Editorials

Introducing the postoperative care team

BMJ 1997; 314 doi: https://doi.org/10.1136/bmj.314.7078.389 (Published 08 February 1997) Cite this as: BMJ 1997;314:389

Additional support, expertise, and equipment for general postoperative inpatients

  1. David R Goldhill, Senior lecturera
  1. a Anaesthetics Unit, The Royal London Hospital, London E1 1BB

    The 1992-3 and 1993-4 national confidential enquiries into perioperative deaths1 2 record the use of monitoring, the availability of facilities, and the experience of the doctors caring for patients. About two thirds of patients died three or more days after surgery, with most of the deaths taking place on a ward. A high percentage of those who died had had a cardiac or respiratory complication, renal failure, or infection, and some of these complications might have been preventable.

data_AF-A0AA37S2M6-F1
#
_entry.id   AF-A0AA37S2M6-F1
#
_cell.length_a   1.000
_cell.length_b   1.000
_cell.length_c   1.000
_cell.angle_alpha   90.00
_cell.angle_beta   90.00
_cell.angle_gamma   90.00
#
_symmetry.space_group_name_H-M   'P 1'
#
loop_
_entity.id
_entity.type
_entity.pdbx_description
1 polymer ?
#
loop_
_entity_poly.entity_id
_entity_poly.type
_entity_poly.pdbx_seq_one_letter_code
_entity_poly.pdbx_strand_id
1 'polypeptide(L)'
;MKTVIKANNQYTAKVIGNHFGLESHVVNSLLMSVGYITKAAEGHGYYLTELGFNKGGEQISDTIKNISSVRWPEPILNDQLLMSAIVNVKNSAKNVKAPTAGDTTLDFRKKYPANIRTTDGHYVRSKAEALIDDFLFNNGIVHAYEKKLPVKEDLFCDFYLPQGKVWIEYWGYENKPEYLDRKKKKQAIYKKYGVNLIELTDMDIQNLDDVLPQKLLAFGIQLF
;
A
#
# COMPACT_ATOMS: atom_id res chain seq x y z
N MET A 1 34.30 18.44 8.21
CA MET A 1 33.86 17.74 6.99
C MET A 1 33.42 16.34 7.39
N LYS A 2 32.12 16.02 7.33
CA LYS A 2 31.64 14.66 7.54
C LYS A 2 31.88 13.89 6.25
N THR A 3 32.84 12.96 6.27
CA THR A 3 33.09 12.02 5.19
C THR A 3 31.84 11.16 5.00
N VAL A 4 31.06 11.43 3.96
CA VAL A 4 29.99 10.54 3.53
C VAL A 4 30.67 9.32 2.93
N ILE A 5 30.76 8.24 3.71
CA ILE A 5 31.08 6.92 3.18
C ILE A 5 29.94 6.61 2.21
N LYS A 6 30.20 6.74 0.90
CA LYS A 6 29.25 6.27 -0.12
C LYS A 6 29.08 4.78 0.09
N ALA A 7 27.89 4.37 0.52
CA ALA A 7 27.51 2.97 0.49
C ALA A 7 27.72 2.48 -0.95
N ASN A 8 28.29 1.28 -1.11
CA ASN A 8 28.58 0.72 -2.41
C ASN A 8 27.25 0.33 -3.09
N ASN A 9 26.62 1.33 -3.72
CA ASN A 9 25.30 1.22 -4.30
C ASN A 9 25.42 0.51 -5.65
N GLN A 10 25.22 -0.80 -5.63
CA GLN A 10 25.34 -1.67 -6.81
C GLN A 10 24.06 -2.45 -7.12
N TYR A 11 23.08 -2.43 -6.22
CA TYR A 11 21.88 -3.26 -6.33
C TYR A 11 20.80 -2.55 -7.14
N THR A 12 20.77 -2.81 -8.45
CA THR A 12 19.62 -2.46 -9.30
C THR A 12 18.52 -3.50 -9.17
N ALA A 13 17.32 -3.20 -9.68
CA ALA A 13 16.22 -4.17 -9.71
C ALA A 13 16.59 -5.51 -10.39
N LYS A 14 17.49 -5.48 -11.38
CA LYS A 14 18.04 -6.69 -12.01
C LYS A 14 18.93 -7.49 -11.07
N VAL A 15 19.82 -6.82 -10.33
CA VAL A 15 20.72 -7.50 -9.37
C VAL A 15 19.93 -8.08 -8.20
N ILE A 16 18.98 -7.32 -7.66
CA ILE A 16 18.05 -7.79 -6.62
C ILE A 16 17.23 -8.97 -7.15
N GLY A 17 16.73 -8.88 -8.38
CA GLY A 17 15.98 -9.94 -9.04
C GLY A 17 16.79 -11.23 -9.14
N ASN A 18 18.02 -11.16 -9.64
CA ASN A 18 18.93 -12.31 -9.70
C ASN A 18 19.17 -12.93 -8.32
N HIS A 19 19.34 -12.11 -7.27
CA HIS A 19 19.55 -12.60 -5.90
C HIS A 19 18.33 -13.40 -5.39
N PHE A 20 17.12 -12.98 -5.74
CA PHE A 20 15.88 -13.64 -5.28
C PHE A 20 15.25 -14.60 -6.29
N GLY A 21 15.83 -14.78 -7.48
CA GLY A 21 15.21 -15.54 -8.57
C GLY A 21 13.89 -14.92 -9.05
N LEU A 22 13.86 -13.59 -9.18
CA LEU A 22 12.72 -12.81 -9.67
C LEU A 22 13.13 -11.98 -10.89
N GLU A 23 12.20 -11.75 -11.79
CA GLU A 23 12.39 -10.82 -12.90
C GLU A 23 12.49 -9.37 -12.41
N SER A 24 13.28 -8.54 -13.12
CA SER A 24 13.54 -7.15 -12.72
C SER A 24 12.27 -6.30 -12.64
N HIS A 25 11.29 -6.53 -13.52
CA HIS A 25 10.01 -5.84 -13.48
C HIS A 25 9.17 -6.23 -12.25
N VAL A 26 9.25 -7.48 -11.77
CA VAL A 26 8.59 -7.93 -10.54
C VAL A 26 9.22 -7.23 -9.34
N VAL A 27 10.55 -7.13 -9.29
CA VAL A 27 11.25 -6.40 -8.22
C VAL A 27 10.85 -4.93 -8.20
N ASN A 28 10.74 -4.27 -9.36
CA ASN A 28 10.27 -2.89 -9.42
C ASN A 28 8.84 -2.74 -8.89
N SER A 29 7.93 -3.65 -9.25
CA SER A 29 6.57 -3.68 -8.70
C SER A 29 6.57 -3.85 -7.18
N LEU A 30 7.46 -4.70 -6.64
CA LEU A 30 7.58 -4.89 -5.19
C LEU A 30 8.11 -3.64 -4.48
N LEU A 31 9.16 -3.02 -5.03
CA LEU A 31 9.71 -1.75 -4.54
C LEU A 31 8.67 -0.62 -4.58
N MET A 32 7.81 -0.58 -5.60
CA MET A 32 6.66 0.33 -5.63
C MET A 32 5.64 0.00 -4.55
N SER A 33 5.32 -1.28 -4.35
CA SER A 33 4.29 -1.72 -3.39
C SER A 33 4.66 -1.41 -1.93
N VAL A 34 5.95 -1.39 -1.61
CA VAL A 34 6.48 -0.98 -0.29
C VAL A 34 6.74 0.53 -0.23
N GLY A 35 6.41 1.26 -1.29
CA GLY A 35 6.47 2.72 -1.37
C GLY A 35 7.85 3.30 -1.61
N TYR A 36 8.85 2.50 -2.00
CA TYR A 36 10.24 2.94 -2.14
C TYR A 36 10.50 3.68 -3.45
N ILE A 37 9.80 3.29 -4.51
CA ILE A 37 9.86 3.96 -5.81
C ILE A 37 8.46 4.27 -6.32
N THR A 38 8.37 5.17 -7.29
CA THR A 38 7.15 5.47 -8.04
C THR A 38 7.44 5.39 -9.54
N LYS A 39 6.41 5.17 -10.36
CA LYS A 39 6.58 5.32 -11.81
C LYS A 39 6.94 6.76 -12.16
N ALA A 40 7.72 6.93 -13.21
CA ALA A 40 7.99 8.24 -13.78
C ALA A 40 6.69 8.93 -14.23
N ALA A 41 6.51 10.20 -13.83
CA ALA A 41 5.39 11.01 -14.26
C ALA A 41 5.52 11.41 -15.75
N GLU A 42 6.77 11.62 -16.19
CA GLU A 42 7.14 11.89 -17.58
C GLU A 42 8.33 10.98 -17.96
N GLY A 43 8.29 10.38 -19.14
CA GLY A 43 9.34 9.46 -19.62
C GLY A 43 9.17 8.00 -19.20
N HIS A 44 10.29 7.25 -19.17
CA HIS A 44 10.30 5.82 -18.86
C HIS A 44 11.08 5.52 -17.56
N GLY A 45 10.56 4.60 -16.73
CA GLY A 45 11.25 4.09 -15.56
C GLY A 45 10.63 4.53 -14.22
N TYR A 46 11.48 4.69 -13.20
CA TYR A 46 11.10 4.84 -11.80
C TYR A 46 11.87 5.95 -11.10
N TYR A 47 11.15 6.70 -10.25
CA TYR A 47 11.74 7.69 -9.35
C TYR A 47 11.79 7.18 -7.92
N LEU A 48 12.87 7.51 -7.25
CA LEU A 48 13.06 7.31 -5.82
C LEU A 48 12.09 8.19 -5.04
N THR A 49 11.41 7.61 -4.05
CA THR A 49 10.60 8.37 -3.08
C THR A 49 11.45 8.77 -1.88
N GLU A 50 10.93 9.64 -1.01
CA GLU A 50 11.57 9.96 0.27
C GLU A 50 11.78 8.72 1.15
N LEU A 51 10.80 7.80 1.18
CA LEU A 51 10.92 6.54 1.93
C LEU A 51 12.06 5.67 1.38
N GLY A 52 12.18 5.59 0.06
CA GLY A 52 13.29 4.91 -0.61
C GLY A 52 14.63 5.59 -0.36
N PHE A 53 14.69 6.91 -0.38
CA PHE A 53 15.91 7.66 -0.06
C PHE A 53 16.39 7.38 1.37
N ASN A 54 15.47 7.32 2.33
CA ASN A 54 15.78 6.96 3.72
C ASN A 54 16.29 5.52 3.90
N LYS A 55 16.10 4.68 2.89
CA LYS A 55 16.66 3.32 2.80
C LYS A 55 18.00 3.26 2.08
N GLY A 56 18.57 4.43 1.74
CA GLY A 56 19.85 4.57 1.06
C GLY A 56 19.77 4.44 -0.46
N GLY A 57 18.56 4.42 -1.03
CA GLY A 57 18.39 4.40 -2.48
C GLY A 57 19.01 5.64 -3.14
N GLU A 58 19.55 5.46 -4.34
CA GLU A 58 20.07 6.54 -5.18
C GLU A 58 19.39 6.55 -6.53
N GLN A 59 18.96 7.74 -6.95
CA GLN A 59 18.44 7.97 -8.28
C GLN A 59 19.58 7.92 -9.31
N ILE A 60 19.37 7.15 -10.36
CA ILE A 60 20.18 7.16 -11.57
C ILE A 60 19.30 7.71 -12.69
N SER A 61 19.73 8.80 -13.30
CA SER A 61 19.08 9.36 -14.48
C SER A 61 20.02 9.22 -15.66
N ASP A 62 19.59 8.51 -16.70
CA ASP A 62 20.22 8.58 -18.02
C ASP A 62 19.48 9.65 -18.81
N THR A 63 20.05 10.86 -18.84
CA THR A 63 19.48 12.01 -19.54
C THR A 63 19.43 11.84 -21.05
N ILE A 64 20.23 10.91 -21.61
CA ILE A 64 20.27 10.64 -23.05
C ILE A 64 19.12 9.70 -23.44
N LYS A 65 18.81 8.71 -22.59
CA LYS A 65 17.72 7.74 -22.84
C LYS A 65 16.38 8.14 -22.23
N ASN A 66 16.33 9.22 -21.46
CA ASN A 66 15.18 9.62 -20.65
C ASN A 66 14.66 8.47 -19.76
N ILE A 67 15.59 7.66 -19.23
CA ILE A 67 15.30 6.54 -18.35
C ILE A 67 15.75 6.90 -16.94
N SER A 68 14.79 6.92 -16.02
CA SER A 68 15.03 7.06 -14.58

Preoperative preparation and a high standard of anaesthetic care are essential, as they affect postoperative events.3 4 By the end of surgery it may be too late to substantially alter outcome for some patients.5 On the other hand, aggressive postoperative optimisation of physiological values has been shown to decrease mortality and morbidity in …

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